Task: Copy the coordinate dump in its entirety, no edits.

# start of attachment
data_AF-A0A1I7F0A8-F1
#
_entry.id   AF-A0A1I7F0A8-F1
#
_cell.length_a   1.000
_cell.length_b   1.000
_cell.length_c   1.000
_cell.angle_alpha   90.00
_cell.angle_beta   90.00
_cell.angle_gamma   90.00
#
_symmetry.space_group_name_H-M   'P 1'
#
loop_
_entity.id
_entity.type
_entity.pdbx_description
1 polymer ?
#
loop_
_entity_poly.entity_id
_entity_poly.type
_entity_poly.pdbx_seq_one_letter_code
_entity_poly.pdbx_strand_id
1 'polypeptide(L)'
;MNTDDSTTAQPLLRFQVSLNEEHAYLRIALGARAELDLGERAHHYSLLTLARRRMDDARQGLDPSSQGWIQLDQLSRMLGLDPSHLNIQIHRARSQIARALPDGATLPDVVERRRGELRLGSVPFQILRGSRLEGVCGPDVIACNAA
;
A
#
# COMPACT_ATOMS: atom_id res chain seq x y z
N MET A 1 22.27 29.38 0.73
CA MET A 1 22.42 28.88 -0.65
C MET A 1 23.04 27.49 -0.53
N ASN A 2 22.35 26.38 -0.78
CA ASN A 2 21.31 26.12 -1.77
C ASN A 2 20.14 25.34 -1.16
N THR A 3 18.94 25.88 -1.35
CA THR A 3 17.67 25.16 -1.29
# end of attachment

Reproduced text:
data_AF-A0A1I7F0A8-F1
#
_entry.id   AF-A0A1I7F0A8-F1
#
_cell.length_a   1.000
_cell.length_b   1.000
_cell.length_c   1.000
_cell.angle_alpha   90.00
_cell.angle_beta   90.00
_cell.angle_gamma   90.00
#
_symmetry.space_group_name_H-M   'P 1'
#
loop_
_entity.id
_entity.type
_entity.pdbx_description
1 polymer ?
#
loop_
_entity_poly.entity_id
_entity_poly.type
_entity_poly.pdbx_seq_one_letter_code
_entity_poly.pdbx_strand_id
1 'polypeptide(L)'
;MNTDDSTTAQPLLRFQVSLNEEHAYLRIALGARAELDLGERAHHYSLLTLARRRMDDARQGLDPSSQGWIQLDQLSRMLGLDPSHLNIQIHRARSQIARALPDGATLPDVVERRRGELRLGSVPFQILRGSRLEGVCGPDVIACNAA
;
A
#
# COMPACT_ATOMS: atom_id res chain seq x y z
N MET A 1 22.27 29.38 0.73
CA MET A 1 22.42 28.88 -0.65
C MET A 1 23.04 27.49 -0.53
N ASN A 2 22.35 26.38 -0.78
CA ASN A 2 21.31 26.12 -1.77
C ASN A 2 20.14 25.34 -1.16
N THR A 3 18.94 25.88 -1.35
CA THR A 3 17.67 25.16 -1.29